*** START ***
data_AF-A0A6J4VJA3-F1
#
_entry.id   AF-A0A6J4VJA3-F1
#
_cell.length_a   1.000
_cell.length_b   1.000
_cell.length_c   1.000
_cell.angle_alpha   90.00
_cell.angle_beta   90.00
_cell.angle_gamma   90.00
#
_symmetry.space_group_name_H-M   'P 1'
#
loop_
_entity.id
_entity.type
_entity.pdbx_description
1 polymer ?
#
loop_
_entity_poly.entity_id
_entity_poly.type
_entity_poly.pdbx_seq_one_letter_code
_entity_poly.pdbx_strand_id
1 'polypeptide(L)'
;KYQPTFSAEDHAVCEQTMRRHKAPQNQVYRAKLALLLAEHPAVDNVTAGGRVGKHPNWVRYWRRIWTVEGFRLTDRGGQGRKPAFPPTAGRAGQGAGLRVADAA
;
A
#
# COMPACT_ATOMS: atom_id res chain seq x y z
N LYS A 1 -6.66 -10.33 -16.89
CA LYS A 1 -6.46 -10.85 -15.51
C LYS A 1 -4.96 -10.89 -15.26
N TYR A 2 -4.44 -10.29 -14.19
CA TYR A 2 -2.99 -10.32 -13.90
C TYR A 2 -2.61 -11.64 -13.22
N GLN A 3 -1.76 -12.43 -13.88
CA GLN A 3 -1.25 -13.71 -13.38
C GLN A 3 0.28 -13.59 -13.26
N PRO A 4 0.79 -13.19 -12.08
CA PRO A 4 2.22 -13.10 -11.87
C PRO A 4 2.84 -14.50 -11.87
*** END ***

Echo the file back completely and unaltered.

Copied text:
data_AF-A0A6J4VJA3-F1
#
_entry.id   AF-A0A6J4VJA3-F1
#
_cell.length_a   1.000
_cell.length_b   1.000
_cell.length_c   1.000
_cell.angle_alpha   90.00
_cell.angle_beta   90.00
_cell.angle_gamma   90.00
#
_symmetry.space_group_name_H-M   'P 1'
#
loop_
_entity.id
_entity.type
_entity.pdbx_description
1 polymer ?
#
loop_
_entity_poly.entity_id
_entity_poly.type
_entity_poly.pdbx_seq_one_letter_code
_entity_poly.pdbx_strand_id
1 'polypeptide(L)'
;KYQPTFSAEDHAVCEQTMRRHKAPQNQVYRAKLALLLAEHPAVDNVTAGGRVGKHPNWVRYWRRIWTVEGFRLTDRGGQGRKPAFPPTAGRAGQGAGLRVADAA
;
A
#
# COMPACT_ATOMS: atom_id res chain seq x y z
N LYS A 1 -6.66 -10.33 -16.89
CA LYS A 1 -6.46 -10.85 -15.51
C LYS A 1 -4.96 -10.89 -15.26
N TYR A 2 -4.44 -10.29 -14.19
CA TYR A 2 -2.99 -10.32 -13.90
C TYR A 2 -2.61 -11.64 -13.22
N GLN A 3 -1.76 -12.43 -13.88
CA GLN A 3 -1.25 -13.71 -13.38
C GLN A 3 0.28 -13.59 -13.26
N PRO A 4 0.79 -13.19 -12.08
CA PRO A 4 2.22 -13.10 -11.87
C PRO A 4 2.84 -14.50 -11.87